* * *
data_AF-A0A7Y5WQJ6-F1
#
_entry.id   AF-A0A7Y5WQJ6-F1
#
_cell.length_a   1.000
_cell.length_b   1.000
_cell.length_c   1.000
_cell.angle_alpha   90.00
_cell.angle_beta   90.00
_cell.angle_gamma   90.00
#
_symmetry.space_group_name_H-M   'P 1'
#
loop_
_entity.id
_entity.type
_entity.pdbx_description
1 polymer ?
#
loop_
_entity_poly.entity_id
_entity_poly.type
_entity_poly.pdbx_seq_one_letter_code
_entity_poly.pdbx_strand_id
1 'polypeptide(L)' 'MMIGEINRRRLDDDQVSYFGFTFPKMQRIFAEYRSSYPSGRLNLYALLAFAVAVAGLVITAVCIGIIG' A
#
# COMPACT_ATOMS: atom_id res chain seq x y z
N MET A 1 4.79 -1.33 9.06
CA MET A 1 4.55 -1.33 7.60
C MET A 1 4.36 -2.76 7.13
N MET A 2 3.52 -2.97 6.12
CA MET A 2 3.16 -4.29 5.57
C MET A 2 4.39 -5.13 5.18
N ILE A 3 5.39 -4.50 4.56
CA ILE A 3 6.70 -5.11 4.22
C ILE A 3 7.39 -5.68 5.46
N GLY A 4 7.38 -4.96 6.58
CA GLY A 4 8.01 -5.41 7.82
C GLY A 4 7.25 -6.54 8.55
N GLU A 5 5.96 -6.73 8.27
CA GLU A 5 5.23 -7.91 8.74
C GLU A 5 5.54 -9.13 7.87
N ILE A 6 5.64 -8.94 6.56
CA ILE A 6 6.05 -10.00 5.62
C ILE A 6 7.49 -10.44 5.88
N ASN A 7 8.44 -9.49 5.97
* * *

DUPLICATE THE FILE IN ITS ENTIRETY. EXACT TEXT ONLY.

data_AF-A0A7Y5WQJ6-F1
#
_entry.id   AF-A0A7Y5WQJ6-F1
#
_cell.length_a   1.000
_cell.length_b   1.000
_cell.length_c   1.000
_cell.angle_alpha   90.00
_cell.angle_beta   90.00
_cell.angle_gamma   90.00
#
_symmetry.space_group_name_H-M   'P 1'
#
loop_
_entity.id
_entity.type
_entity.pdbx_description
1 polymer ?
#
loop_
_entity_poly.entity_id
_entity_poly.type
_entity_poly.pdbx_seq_one_letter_code
_entity_poly.pdbx_strand_id
1 'polypeptide(L)' 'MMIGEINRRRLDDDQVSYFGFTFPKMQRIFAEYRSSYPSGRLNLYALLAFAVAVAGLVITAVCIGIIG' A
#
# COMPACT_ATOMS: atom_id res chain seq x y z
N MET A 1 4.79 -1.33 9.06
CA MET A 1 4.55 -1.33 7.60
C MET A 1 4.36 -2.76 7.13
N MET A 2 3.52 -2.97 6.12
CA MET A 2 3.16 -4.29 5.57
C MET A 2 4.39 -5.13 5.18
N ILE A 3 5.39 -4.50 4.56
CA ILE A 3 6.70 -5.11 4.22
C ILE A 3 7.39 -5.68 5.46
N GLY A 4 7.38 -4.96 6.58
CA GLY A 4 8.01 -5.41 7.82
C GLY A 4 7.25 -6.54 8.55
N GLU A 5 5.96 -6.73 8.27
CA GLU A 5 5.23 -7.91 8.74
C GLU A 5 5.54 -9.13 7.87
N ILE A 6 5.64 -8.94 6.56
CA ILE A 6 6.05 -10.00 5.62
C ILE A 6 7.49 -10.44 5.88
N ASN A 7 8.44 -9.49 5.97